by Daniel J. Cormier | Senior Private, Newport Artillery Company

In the early morning hours of July fourth, while most of us will still be sleeping, citizen-volunteers of the Artillery Company of Newport (ACN) will begin arriving to celebrate our nation’s founding. They will assemble at a stone and mortar building that is wedged between a row of historic houses along Clarke Street. This is the home of the ACN, the oldest military unit in the United States operating under its original charter. 

The company maintains a museum in this historic armory that contains one of the most extensive collections of military artifacts. The museum’s most prized items are four bronze cannons, cast by Paul Revere in his Boston foundry in 1798 for the State of Rhode Island. The museum also has an extensive collection of military equipment and uniforms from notable American heroes, such as U.S. Secretary of State Colin Powell and General Creighton Abrams. It also houses many interesting exhibits of the State of Rhode Island, including items belonging to Rhode Island Civil War General, Ambrose Burnside, for whom we get the term “sideburns.”  

But the company is more than its museum. It is staffed by a group of citizen-volunteers who carry on our nation’s tradition of public service, while also honoring our national heritage. The company’s men and women enrich our community by marching in a dozen parades every year, conducting historical encampments and reenactments, as well as providing color guards and salute batteries for official functions throughout the Ocean State. Their efforts preserve our history and provide a model of public service. Next Thursday, the company will honor the nation’s Independence Day. 

The hallmark of Americans has been their commitment to the march of freedom. Never was this more true than during our nation’s founding. In a summer long ago, a consensus emerged and was declared that dissolved the political bonds that kept the people of the American colonies beholden to the Kingdom of Great Britain. The congress that assembled in Philadelphia asserted that the thirteen states of America were united and sought an equal station with the other nations of the world. But the story of this revolt did not end with words in 1776. In fact, it only began a period of conflict. At several points in the war the colonists nearly lost and it was only after decades of turmoil and sacrifice, numerous battles, and the loss of many livelihoods and lives that the goal of independence was finally achieved and the United States became an equal among the world’s great nations.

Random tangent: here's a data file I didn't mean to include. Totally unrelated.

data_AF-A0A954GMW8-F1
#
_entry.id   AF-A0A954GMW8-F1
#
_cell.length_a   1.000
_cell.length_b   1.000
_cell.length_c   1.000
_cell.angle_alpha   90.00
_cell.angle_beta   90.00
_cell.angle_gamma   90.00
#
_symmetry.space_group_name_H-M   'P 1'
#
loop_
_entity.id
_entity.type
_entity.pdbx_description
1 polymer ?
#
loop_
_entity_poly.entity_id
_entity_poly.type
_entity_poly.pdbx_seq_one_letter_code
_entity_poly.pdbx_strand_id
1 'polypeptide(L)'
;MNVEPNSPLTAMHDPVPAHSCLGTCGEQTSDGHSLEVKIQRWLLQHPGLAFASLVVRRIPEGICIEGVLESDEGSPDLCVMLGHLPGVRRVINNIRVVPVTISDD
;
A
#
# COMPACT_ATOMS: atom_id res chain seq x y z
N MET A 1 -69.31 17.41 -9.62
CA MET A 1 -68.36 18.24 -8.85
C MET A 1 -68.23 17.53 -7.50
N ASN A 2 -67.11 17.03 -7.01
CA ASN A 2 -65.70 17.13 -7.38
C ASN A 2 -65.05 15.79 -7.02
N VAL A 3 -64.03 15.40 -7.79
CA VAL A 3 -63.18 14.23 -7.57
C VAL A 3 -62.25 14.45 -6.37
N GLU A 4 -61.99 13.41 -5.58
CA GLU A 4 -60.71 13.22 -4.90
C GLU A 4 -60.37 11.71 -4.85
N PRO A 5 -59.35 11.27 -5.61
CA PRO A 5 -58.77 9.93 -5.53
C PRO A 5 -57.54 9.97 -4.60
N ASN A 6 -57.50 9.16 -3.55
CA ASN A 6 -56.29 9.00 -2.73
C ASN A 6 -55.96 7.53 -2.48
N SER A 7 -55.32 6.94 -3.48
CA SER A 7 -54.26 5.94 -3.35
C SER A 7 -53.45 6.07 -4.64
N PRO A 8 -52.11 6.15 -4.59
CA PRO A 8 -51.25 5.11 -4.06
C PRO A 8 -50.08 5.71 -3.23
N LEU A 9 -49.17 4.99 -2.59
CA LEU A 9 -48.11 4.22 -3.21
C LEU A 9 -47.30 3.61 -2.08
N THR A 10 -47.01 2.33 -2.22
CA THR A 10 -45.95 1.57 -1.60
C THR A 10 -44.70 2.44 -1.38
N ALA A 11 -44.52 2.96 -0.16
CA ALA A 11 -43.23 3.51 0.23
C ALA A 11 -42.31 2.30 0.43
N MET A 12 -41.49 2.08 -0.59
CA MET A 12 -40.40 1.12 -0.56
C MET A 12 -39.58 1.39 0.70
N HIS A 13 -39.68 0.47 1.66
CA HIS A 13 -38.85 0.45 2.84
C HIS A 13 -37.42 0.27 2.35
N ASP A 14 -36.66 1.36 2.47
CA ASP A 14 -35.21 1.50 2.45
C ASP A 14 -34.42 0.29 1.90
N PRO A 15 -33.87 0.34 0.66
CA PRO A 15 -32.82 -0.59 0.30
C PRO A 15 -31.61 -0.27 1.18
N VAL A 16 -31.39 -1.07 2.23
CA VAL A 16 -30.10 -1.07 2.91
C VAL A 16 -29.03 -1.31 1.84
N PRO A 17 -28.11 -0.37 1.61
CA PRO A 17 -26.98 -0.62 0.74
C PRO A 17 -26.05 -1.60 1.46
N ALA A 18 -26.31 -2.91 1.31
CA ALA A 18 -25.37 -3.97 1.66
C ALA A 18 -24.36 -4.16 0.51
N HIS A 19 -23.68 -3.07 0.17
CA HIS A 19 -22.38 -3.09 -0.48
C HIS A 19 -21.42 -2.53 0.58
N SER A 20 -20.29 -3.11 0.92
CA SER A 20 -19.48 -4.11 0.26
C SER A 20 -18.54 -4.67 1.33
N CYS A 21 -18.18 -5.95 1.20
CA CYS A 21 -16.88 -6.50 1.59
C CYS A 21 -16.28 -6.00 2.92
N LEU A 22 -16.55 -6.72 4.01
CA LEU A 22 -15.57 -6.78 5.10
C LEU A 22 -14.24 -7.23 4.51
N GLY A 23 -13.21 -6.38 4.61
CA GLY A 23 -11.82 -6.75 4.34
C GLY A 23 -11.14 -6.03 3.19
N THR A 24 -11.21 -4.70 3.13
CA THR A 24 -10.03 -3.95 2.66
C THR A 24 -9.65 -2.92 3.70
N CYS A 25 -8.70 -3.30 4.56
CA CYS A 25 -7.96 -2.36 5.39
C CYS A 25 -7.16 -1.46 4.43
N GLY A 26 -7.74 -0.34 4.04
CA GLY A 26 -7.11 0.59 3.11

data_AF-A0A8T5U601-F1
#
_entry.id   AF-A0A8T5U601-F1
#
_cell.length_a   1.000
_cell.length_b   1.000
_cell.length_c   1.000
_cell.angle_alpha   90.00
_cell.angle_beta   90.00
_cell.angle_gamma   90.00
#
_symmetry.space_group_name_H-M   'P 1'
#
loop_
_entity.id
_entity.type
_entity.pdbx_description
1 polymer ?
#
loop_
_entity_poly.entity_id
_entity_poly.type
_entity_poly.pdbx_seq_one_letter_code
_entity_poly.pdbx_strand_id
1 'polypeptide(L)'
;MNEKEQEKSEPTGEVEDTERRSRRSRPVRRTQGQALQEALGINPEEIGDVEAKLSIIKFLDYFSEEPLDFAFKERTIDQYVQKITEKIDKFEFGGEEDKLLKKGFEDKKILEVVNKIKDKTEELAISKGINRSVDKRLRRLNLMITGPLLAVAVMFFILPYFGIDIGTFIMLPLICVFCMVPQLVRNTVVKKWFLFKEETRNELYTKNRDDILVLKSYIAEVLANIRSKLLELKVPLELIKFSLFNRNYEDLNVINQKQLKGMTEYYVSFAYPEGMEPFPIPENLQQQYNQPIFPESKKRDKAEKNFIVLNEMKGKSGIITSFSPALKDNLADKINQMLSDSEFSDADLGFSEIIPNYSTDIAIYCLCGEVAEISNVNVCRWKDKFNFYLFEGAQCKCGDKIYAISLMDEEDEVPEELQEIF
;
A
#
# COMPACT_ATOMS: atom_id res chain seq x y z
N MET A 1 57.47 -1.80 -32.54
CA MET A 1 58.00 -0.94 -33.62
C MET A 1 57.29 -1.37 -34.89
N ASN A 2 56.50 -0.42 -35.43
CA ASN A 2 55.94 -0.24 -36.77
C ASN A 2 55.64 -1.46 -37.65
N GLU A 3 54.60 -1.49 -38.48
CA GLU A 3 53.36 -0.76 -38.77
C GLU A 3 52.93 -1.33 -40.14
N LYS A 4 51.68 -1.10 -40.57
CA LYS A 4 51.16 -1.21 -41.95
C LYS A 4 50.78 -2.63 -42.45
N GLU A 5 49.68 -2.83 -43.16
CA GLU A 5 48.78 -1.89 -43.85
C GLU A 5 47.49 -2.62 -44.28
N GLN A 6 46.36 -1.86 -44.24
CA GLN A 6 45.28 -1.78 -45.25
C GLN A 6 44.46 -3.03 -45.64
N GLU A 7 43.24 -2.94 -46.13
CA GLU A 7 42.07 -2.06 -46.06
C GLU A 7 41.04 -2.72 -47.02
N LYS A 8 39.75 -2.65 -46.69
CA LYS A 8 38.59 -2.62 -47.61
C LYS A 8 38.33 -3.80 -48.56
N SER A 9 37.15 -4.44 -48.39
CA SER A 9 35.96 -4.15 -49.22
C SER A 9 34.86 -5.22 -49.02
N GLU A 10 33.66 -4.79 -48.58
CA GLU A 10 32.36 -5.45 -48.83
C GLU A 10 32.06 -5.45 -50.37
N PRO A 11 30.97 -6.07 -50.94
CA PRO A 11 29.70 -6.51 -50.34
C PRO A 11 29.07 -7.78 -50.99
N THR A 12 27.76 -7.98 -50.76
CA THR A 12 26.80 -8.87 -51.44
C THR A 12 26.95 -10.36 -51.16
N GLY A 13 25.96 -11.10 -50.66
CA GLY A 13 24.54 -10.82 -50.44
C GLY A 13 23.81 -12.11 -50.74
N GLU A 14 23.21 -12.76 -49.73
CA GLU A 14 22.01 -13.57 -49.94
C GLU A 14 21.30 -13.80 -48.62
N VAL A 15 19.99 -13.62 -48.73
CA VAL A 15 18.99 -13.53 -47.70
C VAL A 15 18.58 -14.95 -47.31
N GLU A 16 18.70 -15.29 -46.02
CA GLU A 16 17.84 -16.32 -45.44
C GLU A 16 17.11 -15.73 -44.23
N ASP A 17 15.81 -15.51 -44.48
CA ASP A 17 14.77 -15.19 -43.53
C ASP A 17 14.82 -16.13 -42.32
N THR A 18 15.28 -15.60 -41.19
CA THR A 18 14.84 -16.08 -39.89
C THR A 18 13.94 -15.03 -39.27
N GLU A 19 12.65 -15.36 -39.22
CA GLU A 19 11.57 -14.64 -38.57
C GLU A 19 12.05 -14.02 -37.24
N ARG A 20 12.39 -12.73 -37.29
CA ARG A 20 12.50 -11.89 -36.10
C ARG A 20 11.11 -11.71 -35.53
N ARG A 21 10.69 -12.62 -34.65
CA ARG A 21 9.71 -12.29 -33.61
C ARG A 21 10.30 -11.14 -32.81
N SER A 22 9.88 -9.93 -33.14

On Thursday, 4 July, 2019, the ACN will honor two Rhode Islanders who served with honor in this cause, as well as performing a salute to the nation. First, the company, resplendent in full-dress and period uniforms, will assemble at the gravesite of William Ellery, a distinguished Newport native and signer of the Declaration of Independence. The volunteers will then move to and recognize the efforts and sacrifice of Oliver Hazard Perry, in front of his burial place. Commodore Perry was a native of South Kingstown and served with distinction in several of the nation’s early conflicts, before giving the ultimate sacrifice during the War of 1812. Both will be honored with a revolutionary era musket salute.

At 11:30 am, the Artillery Company will honor the United States of America. This event will present the company’s four Revere cannons and be held in Newport’s historic Washington Square. The sight is aptly named for the occasion, as General and the nation’s first President George Washington believed it was almost a miracle that the Americans won the revolutionary war. The smell of gunpowder and clouds of smoke that will drift over the area will mark the spirit of patriotism that defined a new nation and the ideal of citizen-service that the Artillery Company of Newport preserves to this day. 

For more information on ACN, visit www.newportartillery.org.

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